Ce million d'hommes ou environ, qui parlent avec tant de complaisance de leurs vastes propriétés, les croiroient-ils bien assises, lorsque vingt-quatre millions d'autres hommes cesseraient de retirer de leurs mains le juste & continuel salaire de leur industrie ? » 4
Whatever Carmontelle says here and throughout this pamphlet, is not what Crow would have him say. The critic is attempting to work out a problem in political economy that owes little to theories of Genius and much to Gabriel Bonnot de Mably, the radical writer whose theories lie halfway between those of his friend Rousseau the revolutionary pessimist and his brother Condillac, the proponent of an extreme form of sensationalism in human behavior. Mably’s most enduring argument was the definition of Property as a social construct; his most radical contribution was the belief that communal ownership was logically possible: Property was not a natural right. From Rousseau Mably had borrowed the belief that Society is corrupted by Art, and especially by the luxury arts. Our critic takes the reverse tack, arguing that it’s the production of Art that’s corrupted by its dependency on wealth:
"What is the point of criticizing a product whose flaws belong in some ways less to the person who produces it than to that class of people who buy it?”
« A quoi sert en effet de censurer une production dont les vices appartiennent en quelque sorte moins à celui qui la livre, qu’à la classe des gens qui l’achètent ? » [p. 3.]
At a time when wealth was widely thought to consist in material possessions, the critic interprets art as a form of wealth-making. In a country of twenty-five million, artists have the same social position (the same relations as producers) as twenty-four million others vis-à-vis the 4%. The withholding of artistic labor from those who treat art as capital is interchangeable with the withholding of labor in any form. Dependence on wealth (i.e., on capital) becomes a social, not an individual problem. So much for “genius.”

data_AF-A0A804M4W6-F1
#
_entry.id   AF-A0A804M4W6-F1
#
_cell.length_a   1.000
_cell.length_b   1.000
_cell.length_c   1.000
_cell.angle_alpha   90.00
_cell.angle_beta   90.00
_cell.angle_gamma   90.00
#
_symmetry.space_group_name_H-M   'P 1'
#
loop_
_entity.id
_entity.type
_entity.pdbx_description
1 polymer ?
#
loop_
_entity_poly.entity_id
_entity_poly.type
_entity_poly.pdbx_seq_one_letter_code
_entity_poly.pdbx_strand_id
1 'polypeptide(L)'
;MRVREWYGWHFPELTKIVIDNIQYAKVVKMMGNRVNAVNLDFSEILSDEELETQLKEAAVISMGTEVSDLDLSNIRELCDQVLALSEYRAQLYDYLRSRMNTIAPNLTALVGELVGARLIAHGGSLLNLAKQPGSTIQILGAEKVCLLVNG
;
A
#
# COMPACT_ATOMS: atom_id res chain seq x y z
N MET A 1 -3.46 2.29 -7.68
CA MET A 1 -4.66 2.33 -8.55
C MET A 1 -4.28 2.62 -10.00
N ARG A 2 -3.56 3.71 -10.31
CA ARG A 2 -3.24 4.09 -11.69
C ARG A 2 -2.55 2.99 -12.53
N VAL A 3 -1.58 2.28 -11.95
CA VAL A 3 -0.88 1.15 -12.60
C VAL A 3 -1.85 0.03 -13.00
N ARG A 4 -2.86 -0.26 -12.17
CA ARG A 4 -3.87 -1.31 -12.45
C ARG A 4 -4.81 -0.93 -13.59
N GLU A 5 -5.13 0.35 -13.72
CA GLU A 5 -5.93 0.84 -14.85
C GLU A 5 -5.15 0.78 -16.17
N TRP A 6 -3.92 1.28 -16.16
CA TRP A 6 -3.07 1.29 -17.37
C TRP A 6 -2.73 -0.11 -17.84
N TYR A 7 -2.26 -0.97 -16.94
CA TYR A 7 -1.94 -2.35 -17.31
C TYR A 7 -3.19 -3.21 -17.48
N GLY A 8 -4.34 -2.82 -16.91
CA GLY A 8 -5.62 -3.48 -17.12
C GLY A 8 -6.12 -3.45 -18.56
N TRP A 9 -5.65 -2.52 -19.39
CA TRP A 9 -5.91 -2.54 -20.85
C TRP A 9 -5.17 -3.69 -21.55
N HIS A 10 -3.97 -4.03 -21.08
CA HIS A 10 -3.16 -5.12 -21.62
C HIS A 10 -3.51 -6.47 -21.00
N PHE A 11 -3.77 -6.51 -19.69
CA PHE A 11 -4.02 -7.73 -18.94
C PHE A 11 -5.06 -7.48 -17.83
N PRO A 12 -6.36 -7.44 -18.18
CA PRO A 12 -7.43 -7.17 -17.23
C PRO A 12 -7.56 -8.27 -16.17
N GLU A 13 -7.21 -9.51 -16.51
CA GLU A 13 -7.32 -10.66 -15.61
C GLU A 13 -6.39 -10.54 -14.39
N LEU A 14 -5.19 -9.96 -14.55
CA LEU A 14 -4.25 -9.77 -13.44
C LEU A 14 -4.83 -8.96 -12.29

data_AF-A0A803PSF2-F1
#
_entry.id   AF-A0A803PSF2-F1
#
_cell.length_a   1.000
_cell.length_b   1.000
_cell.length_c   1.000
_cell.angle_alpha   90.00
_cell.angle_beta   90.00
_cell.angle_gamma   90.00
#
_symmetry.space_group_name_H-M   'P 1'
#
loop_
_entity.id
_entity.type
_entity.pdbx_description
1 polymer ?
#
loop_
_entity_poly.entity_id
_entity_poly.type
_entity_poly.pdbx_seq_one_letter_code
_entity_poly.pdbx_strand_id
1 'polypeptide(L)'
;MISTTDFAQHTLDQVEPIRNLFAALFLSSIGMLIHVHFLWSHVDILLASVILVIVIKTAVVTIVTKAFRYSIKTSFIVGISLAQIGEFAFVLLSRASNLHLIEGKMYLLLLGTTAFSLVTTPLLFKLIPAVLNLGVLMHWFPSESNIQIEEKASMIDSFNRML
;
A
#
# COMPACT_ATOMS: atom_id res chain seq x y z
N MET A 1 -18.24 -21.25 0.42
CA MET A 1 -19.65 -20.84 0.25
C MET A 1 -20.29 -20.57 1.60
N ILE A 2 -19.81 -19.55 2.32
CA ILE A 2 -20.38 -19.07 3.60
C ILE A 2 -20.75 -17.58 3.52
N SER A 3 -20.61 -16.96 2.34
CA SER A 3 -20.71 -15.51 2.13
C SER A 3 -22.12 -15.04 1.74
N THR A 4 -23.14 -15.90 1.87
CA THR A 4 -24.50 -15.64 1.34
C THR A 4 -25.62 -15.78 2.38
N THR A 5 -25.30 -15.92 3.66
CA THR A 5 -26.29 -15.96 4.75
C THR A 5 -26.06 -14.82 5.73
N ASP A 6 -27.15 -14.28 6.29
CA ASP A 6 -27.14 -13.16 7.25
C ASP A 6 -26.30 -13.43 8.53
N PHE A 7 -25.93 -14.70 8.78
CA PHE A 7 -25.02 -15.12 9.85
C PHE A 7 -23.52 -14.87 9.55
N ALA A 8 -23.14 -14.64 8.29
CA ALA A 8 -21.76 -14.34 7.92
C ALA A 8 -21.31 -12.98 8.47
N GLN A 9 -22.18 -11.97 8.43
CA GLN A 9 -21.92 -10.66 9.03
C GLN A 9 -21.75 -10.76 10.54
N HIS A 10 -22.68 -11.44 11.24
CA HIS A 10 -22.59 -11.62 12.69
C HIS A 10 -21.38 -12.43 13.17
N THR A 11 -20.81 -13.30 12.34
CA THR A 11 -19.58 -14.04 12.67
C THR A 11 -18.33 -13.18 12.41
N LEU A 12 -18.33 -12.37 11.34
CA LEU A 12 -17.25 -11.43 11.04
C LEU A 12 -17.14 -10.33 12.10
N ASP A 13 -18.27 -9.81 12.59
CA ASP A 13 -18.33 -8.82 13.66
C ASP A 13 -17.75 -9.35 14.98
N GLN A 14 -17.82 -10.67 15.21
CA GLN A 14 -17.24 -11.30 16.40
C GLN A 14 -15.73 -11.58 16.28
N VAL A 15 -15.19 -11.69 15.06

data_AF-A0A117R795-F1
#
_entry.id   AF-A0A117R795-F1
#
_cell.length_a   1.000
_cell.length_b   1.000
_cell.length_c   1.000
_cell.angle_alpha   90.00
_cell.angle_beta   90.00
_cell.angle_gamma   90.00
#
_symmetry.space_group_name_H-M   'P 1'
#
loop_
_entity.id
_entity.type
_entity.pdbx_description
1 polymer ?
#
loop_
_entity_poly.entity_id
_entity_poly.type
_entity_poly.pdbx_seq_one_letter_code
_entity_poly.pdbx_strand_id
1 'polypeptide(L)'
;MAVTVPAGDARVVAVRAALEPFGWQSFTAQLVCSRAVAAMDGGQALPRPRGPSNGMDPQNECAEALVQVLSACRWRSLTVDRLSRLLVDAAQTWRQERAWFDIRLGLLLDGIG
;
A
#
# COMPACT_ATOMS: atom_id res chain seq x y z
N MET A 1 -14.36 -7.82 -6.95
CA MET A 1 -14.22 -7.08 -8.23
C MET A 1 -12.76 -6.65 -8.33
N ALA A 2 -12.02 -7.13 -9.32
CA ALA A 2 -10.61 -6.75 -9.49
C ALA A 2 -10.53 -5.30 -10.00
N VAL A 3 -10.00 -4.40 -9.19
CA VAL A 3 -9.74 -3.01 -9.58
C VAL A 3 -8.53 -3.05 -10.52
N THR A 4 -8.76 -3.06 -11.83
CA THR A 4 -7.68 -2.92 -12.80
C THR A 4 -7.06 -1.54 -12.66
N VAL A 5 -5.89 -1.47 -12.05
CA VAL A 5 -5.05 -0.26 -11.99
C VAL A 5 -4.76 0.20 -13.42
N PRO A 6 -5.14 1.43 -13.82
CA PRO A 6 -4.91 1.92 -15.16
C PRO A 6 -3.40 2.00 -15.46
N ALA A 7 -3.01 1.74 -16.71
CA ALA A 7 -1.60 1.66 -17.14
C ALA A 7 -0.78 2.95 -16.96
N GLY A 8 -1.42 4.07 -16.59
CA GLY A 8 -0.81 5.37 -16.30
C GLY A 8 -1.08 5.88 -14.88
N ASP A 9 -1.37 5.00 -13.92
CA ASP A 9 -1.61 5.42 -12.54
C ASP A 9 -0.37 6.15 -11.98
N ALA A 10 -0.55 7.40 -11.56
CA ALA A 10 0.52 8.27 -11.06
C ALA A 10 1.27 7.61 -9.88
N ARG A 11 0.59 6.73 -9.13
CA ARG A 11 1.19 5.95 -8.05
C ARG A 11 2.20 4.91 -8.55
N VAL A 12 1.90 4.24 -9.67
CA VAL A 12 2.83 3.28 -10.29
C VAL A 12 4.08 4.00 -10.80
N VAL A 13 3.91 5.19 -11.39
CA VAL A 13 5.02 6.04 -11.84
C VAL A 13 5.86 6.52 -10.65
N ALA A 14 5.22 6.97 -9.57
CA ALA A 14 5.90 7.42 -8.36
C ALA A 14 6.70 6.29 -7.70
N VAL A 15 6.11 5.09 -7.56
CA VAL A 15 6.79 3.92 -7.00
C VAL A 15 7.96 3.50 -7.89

In the conclusion to this introduction, however, Carmontelle reaches an insight so fitting to our own beliefs that we are left to wonder if we, too, like Crow, are reading what we want to read:
“ May all those whose coffers are full of gold, remember that this metal may suddenly stop standing for wealth. . . . . . . . . . . . . . . . . . . . . and that by hoarding it they instruct the industrious ones to do without entirely by preferring the use of those symbols that replace it.”
« Puissent tous ceux dont les coffres regorgent d’or, se rappeler que ce métal peut cesser tout-à-coup de représenter la richesse . . . . . . . . . . . . . . . . . . . & que l’enfouir, c’est avertir l’homme industrieux d’apprendre à s’en passer tout-à-fait, en favorisant l’usage des signes qui le remplacent. [p. 12]
As Carmontelle predicted, the French Revolution initiated a massive shift among various systems of symbolic representation, in particular the system for the valuation of those symbolic objects now called Art, as well as the system for the valuation of those symbolic items called Money.5
Yet here’s a revolution still in need of accomplishment: the moment when the two part; when the valuation of Art (or for that matter, the valuation of all labor) breaks free from it valuation in hard, cold cash. To accomplish that revolution, as the critic suggests, is the true definition of artistic genius:
May the true Artists at last indemnify me by their esteem for the wrath of the Artisans.
Puissent enfin les vrais Artistes me dédommager par leur estime du courroux des Artisans. » [p. 12]
The collective task of the artist, then is to break with the cash nexus; those who can’t or won’t are not artists at all, but artisans. “The times in which we live may serve some day to answer this intriguing question.”
I’m looking forward to it.
« On croit assister à une fête populaire, où chaque citoyen va se rendre. » Anonymous [Louis-François-Henri Lefébure], Encore un coup de patte, pour le dernier, ou Dialogue sur le Salon de 1787. Première partie (Paris: [n. p.], 1787), 3.
Anonymous [Louis-François-Henri Lefébure], Vérités agréables ou Le Salon vu en beau, Par l'Auteur du Coup de patte ([Paris :] Chez Knapen & Fils, Imprim. de la Cour des Aides, au bas du Pont Saint Michel 1789), 3 ; quoted Thomas Crow, "The Oath of the Horatii in 1785 : painting and pre-Revolutionary radicalism in France," Art History Vol. 1, no. 4 (1978), 424.
Thomas E. Crow. Painters and public life in eighteenth-century Paris. New Haven: Yale University Press, 1985.
Anonymous [Louis Carrogis Carmontelle]. Le Frondeur, ou Dialogues sur le sallon, Par l'Auteur du Coup-de-Patte & du Triumvirat (Paris: [n. p.], 1785), 4-5; quoted Thomas Crow, "The Oath of the Horatii in 1785 : painting and pre-Revolutionary radicalism in France," Art History Vol. 1, no. 4 (1978): 424.
Paul Werner. “Elogio del Vandalismo / In Praise of Vandalism.” Lectio Magistralis, MACRO Asilo – Museum of Contemporary Art in Rome, December 1, 2018. https://www.macroasilo.it/media/paul-werner-elogio-del-vandalismo-000